The Escapist's Favorite Story-Based Games

The Escapist's Favorite Story-Based Games

imageTo compliment your end-of-year nostalgia binge, Team Humidor has compiled a list of what we believe are the top ten story-based games ever made. These are games with a deep, interesting and well-told story that either effected the way we played, or left us affected long after we played them.

We fought long and hard in the Humidor over exactly which games belonged on this list. We started with over 40 games (and we have no doubt that most of you will find fault with at least one of the ones that made it), but in the end, there could be only 10, and here they are (in alphabetical order):

The Escapist's Favorite Story-Based Games

Eternal Darkness: Sanity's Requiem


imageAlexandra Roivas stumbles across The Tome Of Eternal Darkness while investigating her grandfather's grisly death, and we are plunged into the gods, magic, and monsters of Silicon Knights' Eternal Darkness. ED's story sweeps across time and space, embracing the spirit of Lovecraft while carving its own niche in horror; indeed, it's one of the few truly Lovecraftian games, in spirit and in tone if not in name. - Shannon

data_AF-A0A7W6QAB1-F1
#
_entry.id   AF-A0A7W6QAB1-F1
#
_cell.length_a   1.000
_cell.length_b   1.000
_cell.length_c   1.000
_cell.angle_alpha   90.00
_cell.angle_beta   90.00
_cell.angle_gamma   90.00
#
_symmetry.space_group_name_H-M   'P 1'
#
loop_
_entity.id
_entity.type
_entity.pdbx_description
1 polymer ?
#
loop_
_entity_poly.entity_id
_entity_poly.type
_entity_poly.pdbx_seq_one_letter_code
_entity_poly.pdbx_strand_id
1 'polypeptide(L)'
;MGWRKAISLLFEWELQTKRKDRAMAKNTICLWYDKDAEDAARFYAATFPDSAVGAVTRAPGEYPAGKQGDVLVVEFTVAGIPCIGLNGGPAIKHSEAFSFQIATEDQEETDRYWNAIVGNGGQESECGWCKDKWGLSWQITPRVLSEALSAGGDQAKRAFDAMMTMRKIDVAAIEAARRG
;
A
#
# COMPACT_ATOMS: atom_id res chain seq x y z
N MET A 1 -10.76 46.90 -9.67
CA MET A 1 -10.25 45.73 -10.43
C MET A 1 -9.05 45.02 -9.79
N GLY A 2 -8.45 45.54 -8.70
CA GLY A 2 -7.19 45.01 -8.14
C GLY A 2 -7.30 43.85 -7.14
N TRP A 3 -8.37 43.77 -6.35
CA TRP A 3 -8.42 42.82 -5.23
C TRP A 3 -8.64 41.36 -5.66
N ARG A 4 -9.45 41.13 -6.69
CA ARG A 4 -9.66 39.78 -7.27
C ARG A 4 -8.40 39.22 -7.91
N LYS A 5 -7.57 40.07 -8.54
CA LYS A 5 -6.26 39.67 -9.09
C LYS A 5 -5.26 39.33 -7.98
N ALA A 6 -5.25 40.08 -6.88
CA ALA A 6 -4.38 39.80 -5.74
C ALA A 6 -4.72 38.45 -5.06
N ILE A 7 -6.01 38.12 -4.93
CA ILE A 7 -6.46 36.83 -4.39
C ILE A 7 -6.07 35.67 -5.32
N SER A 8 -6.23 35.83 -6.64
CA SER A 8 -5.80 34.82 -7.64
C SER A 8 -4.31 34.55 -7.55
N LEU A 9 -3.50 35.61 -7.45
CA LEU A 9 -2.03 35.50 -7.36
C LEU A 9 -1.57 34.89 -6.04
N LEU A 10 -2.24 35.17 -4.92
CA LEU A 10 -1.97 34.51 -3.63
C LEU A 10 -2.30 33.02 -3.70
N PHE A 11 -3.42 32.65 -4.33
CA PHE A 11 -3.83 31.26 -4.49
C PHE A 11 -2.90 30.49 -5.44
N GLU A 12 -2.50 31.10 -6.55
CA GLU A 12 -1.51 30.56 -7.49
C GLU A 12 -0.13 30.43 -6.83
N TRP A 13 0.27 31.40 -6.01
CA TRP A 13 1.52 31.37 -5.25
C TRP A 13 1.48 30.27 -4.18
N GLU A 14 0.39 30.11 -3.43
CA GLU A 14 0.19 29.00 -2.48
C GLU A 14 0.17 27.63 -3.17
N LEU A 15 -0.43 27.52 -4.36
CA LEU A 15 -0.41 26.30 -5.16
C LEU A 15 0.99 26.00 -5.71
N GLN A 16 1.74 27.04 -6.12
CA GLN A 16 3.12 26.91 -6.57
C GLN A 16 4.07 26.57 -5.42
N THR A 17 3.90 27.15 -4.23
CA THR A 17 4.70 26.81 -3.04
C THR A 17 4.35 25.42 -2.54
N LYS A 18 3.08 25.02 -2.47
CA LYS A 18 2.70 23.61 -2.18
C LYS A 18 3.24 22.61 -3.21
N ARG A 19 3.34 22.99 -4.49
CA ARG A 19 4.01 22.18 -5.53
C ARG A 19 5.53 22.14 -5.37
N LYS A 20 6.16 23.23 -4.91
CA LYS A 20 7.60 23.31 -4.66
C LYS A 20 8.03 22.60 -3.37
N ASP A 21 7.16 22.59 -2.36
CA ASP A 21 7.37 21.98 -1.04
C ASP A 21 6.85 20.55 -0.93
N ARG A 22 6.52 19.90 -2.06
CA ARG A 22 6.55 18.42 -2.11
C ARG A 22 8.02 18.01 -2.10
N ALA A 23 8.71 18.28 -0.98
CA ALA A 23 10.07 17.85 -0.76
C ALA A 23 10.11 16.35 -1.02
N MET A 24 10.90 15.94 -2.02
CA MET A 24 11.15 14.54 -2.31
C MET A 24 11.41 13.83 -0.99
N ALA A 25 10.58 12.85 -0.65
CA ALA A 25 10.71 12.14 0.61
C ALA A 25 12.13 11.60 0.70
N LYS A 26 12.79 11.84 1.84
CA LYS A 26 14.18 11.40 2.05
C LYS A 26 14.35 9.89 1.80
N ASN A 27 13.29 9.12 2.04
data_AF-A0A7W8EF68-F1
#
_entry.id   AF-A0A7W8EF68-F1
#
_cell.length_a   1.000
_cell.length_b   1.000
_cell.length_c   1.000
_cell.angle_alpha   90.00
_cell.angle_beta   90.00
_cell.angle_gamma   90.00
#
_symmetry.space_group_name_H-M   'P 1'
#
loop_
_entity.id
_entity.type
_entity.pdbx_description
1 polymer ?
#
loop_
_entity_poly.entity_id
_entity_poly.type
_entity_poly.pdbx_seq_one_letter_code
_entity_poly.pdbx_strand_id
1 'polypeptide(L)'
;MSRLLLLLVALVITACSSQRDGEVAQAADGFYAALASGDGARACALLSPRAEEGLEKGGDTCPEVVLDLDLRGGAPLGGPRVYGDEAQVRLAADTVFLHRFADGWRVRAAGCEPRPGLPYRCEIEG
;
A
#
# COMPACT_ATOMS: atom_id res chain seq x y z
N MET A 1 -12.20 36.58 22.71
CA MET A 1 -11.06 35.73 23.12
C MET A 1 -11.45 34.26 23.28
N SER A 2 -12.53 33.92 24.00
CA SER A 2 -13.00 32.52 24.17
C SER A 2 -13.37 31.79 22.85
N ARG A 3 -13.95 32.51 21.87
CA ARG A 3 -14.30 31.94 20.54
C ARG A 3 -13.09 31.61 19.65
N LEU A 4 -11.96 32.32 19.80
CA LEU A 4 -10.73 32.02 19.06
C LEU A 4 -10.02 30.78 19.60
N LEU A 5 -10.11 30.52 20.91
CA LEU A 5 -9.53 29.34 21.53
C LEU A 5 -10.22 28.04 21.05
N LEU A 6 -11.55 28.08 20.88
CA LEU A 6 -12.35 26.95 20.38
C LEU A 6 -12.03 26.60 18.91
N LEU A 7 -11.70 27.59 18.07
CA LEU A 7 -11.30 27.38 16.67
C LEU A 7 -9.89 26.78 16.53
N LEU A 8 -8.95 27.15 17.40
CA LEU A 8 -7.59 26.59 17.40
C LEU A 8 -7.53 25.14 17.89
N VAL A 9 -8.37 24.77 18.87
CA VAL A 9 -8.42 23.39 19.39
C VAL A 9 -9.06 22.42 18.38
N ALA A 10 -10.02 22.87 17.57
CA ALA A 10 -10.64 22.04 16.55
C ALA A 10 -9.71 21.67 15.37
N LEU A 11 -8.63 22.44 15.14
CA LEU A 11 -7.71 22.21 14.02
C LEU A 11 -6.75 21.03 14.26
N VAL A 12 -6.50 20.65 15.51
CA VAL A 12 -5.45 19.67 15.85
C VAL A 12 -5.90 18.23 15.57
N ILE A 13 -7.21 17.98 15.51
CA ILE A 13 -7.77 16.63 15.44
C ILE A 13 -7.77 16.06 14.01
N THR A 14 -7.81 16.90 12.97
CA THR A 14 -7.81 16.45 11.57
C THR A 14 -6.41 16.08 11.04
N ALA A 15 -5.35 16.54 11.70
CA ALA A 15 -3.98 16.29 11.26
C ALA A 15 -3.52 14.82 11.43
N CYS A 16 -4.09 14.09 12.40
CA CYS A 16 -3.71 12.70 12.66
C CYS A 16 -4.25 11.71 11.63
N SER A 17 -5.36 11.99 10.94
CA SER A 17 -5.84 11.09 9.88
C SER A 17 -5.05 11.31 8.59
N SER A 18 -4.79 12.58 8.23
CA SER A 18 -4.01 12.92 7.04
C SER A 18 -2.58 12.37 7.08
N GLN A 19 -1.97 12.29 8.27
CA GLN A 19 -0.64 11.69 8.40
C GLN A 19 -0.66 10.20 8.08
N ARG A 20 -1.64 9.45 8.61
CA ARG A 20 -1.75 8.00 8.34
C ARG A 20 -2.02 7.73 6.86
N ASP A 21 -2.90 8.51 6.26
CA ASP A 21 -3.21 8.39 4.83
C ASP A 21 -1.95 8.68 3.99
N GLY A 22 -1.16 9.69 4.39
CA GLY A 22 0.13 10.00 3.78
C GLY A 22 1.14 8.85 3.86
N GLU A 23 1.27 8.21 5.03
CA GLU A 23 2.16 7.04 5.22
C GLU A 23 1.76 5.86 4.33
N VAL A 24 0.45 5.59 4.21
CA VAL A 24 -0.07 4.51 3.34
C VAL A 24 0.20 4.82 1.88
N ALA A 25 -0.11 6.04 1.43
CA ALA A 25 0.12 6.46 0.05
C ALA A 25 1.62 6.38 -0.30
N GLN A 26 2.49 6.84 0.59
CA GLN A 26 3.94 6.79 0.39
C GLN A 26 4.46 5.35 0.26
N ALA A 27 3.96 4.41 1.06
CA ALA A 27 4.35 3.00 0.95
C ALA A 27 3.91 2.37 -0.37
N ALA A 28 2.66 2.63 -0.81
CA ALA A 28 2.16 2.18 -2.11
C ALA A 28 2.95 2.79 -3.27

Fallout


image Fallout's story may have seemed familiar in that you start out trying to save your people, and along the way find out you have to save the world. But it was also the first game I played that allowed you to not care about the fate of humanity either. Really, would you personally care about a bunch of dirt farmers that had no impact on your life? If anything, Fallout should be remembered for helping to give rise to the anti-hero, and all of the plot twists associated with them. Speaking of plot twists, the ending really made me wish I had gunned down more people that deserved it. -JR

Indigo Prophecy


image You wake up in a diner's bathroom covered in blood. First, you're worried it's yours. Then, you look down at the man you murdered, remembering only bits and pieces of what happened. You clean yourself up and get out of there. Fade to white.

Now, you're a detective who just got called to investigate a murder in a diner's bathroom. You and your partner, Tyler, question witnesses and look for clues. Once you reach the bathroom to pick up evidence, you realize you're investigating the very murder you just escaped from, only you're not the man you just were. Fade.

Playing Indigo Prophecy is like having a bird's eye view of a videogame with multiple personality disorder. Throughout the game, you play three characters: a murderer, Lucas Cane, who doesn't actually remember killing anyone; Carla Valenti, an NYPD detective; and Tyler Miles, Carla's partner. Both Carla and Tyler are assigned to Lucas' case, so you're actively working against yourself, no matter who you play. Talk about being your own worst enemy. Talk about employing an innovative plot device only gaming can pull off.